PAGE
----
Suddenly immersed in Dutch, with which he is far from comfortable, he finds the old Latin reassuring. And he's glad he knows many of the hymns already. The choir is led by the encompassing strains of a grand old organ. He's never heard anything like that organ! But he prefers the monks for the singing part.

This is Jack's first experience of a large public church. It's a great change from the small chapel he was used to. This is a large old building, with huge dark round pillars supporting a high Gothic vaulted nave.

The church is built with hewn stones and concrete, but even so it has a warm atmosphere, infused with a gentle light from the stained glass, imbrued with the aura of pious generations in earnest prayer. Tiled floors are covered with long heavy benches of dark brownstained wood, seats rubbed bare from use, with brackets to hold bulletins and missals.

As he watches the Mass, he wonders at the richly brocaded vestments of the priest, and the Altar! -- a glittering symphony of silver, gold, red, and white!

Jack cannot see the need for altar boys. They don't seem to do much. They add to the ceremonial mystery? It all seems so formal and ornate.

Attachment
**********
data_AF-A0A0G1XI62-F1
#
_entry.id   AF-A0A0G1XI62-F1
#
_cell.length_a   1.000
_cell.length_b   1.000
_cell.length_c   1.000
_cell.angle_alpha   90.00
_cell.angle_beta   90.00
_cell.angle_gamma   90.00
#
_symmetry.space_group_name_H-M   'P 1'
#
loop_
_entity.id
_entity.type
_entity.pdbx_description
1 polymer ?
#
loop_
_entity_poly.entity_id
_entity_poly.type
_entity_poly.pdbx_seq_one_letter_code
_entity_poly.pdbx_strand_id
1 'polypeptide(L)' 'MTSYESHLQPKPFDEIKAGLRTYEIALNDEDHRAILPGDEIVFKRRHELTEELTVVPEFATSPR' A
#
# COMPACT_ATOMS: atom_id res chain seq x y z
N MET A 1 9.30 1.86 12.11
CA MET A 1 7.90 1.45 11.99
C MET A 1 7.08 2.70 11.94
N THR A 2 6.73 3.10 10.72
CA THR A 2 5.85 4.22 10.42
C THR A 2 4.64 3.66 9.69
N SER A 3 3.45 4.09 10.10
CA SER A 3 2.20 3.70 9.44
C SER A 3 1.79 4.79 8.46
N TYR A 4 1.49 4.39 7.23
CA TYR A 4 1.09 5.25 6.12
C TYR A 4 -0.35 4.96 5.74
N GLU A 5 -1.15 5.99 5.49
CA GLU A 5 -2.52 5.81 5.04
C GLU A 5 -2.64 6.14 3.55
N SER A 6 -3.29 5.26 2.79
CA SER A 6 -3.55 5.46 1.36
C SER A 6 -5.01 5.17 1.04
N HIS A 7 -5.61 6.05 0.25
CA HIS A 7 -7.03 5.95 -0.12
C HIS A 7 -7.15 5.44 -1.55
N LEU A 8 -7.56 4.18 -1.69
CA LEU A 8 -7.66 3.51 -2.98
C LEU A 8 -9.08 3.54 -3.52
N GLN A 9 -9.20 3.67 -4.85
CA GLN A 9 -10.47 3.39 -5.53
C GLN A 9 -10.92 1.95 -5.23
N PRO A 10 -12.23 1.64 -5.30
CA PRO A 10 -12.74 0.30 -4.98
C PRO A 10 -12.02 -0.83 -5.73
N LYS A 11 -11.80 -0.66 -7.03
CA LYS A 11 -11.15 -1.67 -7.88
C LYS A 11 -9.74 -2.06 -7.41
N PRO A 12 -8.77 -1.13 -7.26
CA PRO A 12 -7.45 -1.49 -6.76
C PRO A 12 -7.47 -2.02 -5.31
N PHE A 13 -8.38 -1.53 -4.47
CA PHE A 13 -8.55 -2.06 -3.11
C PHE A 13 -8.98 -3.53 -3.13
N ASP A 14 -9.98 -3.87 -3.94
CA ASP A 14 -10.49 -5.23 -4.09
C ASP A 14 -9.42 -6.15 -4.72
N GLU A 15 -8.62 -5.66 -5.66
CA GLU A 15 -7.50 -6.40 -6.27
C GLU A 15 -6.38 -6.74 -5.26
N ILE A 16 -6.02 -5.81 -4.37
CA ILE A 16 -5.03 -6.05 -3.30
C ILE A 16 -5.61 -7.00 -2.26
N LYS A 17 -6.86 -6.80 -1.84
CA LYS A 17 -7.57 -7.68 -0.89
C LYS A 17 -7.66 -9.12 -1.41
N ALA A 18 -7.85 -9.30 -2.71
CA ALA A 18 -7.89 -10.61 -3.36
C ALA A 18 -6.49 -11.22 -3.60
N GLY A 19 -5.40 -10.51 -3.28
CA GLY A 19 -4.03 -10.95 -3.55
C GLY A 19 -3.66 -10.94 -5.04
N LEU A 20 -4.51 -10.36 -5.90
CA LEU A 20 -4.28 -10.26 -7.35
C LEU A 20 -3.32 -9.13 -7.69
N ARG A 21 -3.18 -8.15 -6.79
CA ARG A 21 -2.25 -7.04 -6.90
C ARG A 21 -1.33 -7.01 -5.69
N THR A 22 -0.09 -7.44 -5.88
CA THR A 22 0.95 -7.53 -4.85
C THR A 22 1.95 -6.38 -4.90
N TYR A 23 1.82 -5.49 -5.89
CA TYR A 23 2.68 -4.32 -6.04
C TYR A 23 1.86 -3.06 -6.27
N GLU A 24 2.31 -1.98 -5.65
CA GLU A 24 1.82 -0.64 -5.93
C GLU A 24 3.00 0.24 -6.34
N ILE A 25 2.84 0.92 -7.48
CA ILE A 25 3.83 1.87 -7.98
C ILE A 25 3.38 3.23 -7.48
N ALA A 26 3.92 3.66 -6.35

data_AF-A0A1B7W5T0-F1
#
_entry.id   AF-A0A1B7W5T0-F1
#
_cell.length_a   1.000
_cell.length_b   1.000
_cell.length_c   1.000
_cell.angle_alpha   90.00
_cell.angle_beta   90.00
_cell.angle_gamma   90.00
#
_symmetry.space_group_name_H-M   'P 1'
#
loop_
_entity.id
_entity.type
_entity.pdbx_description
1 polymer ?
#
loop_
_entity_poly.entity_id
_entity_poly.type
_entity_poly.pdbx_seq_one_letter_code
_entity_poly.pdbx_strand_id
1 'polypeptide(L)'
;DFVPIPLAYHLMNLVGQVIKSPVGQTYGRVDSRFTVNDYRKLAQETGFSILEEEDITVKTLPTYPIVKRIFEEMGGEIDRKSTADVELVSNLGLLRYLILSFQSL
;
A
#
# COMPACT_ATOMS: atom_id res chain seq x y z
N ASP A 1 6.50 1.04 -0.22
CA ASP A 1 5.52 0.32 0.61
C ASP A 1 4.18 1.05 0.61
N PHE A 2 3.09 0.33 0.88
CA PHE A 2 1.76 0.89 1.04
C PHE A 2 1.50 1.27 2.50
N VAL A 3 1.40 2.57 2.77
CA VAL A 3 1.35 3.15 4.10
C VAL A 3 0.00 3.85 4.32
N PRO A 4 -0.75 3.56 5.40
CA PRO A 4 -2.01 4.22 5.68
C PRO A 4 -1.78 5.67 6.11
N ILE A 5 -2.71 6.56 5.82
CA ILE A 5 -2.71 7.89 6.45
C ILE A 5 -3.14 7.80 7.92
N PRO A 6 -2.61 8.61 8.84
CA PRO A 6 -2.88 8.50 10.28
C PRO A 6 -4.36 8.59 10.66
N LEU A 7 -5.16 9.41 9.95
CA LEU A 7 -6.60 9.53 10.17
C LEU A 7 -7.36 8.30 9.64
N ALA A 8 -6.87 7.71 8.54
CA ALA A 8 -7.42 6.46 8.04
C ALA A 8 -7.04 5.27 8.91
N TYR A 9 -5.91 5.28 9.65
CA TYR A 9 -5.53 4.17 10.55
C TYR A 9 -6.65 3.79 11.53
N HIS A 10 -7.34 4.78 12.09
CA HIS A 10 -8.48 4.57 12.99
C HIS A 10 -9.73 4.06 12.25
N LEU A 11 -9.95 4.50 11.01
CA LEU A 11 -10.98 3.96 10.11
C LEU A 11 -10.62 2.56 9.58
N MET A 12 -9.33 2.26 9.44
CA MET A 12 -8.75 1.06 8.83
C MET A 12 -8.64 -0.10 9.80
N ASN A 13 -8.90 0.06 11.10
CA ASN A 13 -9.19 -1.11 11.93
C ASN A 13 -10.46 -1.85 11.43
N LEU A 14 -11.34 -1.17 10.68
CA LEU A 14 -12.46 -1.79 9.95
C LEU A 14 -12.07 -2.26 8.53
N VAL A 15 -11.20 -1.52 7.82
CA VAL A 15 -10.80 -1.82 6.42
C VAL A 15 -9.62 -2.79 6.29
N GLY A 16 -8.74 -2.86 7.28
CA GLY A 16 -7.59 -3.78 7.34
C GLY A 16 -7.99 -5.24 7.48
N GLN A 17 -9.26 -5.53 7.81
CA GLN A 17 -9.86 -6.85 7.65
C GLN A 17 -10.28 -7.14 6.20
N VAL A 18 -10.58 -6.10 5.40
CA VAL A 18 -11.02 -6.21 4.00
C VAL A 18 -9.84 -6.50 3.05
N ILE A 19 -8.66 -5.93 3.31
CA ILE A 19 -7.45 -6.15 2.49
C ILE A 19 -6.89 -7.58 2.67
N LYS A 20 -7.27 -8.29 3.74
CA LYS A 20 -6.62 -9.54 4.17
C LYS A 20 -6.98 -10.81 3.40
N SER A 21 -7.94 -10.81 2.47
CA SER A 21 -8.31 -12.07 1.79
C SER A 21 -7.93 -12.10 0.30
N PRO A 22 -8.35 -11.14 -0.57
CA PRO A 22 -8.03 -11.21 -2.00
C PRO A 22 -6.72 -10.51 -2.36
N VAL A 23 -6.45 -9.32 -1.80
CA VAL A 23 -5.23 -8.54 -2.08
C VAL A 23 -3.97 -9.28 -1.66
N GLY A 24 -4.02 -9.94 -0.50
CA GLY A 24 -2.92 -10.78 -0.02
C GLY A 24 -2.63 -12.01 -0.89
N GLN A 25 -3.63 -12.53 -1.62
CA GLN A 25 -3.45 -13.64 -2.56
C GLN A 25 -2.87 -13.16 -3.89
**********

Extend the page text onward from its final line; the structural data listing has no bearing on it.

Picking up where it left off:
But he drinks it in. The whole place is replete with the symbols of spiritual sublimation. And for Jack, right at this time, it fosters a feeling of being at home.

Lord God of hosts, hear our desperate petition for your mercy. Lead us by Your kindly light out of the darkness of our despair, and grant that we may, with the help of Your grace, achieve life everlasting. Amen.

Dominus vobiscum. Dominus vobiscum.

Et cum spiritu tuo. Ite, missa est.


Monday morning.

What a hubbub! All the kids getting up and running around preparing to go to school. They've had a holiday and they've been away, and in spite of mom's many warnings, no one knows where things are. A blouse is missing! a sweater is suddenly dirty! My shoelace broke!

Jack feels out of place. He's not going to school, and has nothing to find or do or complain about. He doesn't know if he should envy the others or feel sorry for them. He says to Neddie the oldest, as she is last out the door, "Won't you be late?"